that both are violations of the Seventh Commandment. And that reminds
us again that the commandment is exceedingly broad.
In other words, Christ was teaching that the seventh commandment
rules out, by implication, every kind of immoral thought or activity. That
includes every kind of fornication, every lustful look or thought, and
every type of unfaithfulness.
Not only that, but as with all the commandments, where a negative
prohibition is stated, a positive commandment is implied. The law says,
"You shall not commit adultery." It also means: You must love your
spouse with a full heart. Husbands, even if you never entertain a fleeting
desire for any other woman, if you fail to love your wife the way you
ought to love her, you have violated the spirit of this commandment.
Wives, if you fail to love your husband above every other earthly
entityCeven if you never have a lustful thought about another manCyou
are guilty, too. See what a high standard this sets?
Ephesians 5:25 spells it out clearly: "Husbands, love your wives,
as Christ loved the church and gave himself up for her." There
must be a fervency and a single-minded purity in marital love so that it
mirrors Christ's absolute devotion to the churchCand the church's
devotion to her Lord.
That's what marriage was supposed to picture in the first place.
Marriage is an object lesson about the mutual love between Christ and
His people. That is why marriage is so sacred in God's eyes, and that is
why to violate the marriage commitment is such a serious sin in the eyes
Jesus goes on to say in Matthew 5:32 that "everyone who divorces
his wife, except on the ground of sexual immorality, makes her
commit adultery, and whoever marries a divorced woman
commits adultery." So even divorce is the same kind of sin as adultery.
And the only exception Christ makes is in cases where an unfaithful
spouse's act of adultery has already irreparably broken the marriage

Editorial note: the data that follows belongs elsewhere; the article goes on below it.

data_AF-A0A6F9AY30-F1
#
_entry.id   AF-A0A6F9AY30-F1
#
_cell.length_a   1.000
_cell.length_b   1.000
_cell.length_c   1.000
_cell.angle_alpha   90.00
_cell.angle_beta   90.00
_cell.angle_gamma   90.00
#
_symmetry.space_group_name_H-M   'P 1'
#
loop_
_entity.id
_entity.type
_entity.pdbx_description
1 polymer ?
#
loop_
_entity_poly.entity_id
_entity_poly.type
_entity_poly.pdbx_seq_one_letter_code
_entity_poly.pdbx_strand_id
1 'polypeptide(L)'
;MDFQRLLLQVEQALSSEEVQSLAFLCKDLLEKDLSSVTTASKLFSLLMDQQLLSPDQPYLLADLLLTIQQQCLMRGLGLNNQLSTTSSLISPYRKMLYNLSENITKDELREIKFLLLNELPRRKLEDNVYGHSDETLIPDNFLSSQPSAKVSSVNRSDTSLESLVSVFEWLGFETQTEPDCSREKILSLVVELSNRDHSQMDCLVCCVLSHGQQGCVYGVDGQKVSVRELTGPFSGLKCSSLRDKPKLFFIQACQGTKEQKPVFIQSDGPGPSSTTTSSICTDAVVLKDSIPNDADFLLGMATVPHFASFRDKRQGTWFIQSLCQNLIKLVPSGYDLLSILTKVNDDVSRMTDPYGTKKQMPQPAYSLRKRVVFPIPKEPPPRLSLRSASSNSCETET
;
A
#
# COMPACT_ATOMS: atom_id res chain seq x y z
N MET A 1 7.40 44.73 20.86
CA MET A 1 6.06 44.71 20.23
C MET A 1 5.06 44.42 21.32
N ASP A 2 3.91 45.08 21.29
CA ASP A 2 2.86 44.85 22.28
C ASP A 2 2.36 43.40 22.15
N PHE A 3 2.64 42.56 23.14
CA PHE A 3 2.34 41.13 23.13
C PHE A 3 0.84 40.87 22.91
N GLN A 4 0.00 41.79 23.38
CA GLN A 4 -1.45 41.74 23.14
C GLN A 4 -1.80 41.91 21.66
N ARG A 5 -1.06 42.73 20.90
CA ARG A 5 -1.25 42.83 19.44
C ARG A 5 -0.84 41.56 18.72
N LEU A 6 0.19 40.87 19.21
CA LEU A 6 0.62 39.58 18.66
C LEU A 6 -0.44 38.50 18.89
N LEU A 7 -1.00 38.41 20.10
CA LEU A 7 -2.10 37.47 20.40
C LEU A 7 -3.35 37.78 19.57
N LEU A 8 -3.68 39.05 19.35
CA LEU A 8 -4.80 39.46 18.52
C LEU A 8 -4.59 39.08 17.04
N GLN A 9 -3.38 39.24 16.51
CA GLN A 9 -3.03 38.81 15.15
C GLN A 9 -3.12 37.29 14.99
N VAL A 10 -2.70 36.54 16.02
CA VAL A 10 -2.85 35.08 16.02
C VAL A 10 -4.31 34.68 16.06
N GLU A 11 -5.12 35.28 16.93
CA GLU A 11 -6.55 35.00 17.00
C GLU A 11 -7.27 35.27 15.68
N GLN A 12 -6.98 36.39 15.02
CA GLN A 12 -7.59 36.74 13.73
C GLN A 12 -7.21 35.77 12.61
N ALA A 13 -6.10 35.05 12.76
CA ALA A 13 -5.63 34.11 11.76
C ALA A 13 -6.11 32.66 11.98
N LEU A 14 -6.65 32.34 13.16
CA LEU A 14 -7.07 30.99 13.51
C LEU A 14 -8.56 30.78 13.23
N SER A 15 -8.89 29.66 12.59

relationship. In those cases, the innocent party is free to remarry.
Throughout Scripture, God likens unbelief and spiritual rebellion to
adultery. Israel in the Old Testament is repeatedly pictured as an
unfaithful spouse. Israel's apostasy was a kind of spiritual adultery. I
could give many examples of this, but we only have time for one. Listen
to Jeremiah 3:1-3. God, speaking through the prophet, reproves Israel for
her constant backsliding. Jeremiah writes:
You have played the whore with many lovers; and would
you return to me? declares the LORD.
2 Lift up your eyes to the bare heights, and see! Where
have you not been ravished? By the waysides you have
sat awaiting lovers like an Arab in the wilderness. You
have polluted the land with your vile whoredom.
3 Therefore the showers have been withheld, and the
spring rain has not come; yet you have the forehead of a
whore; you refuse to be ashamed.
In other words, unbelief and disobedience are spiritual harlotry. The
person who is unfaithful to God is a spiritual adulterer.
Thou Shalt Not Commit Adultery
The same imagery is used in the New Testament. James 4:4 says,
"You adulterous people! Do you not know that friendship with
the world is enmity with God? Therefore whoever wishes to be a
friend of the world makes himself an enemy of God."
That's why adultery is such a serious sin. It manifests an unfaithful
heart. It is first and foremost a sin of the heart. And this commandment
addresses the sin of the heart; not merely an external act.
Now let's move to the third point and seeC
3. THE URGENCY OF THE SEVENTH COMMANDMENT
We see the seriousness of the seventh commandment in the penalty
that was attached to it under Moses' law. Leviticus 20:10 says this: "If a
man commits adultery with the wife of his neighbor, both the
adulterer and the adulteress shall surely be put to death."
Deuteronomy 22:22 says, "If a man is found lying with the wife of
another man, both of them shall die, the man who lay with the
woman, and the woman. So you shall purge the evil from Israel."
I already mentioned how the book of Proverbs again and again warns
about the soul-destroying effects of sexual impurity. It's significant that
virtually every time Scripture lists the gross sins that characterize the
inhabitants of hell, adultery and fornication head the list. Galatians 5:19:
Now the works of the flesh are evident: sexual immorality,
20 idolatry, sorcery, [etc.]
21 . . . I warn you, as I warned you before, that those
who do such things will not inherit the kingdom of God.
Revelation 21:8: "As for the cowardly, the faithless, the detestable,
as for murderers, the sexually immoral, sorcerers, idolaters, and
all liars, their portion will be in the lake that burns with fire and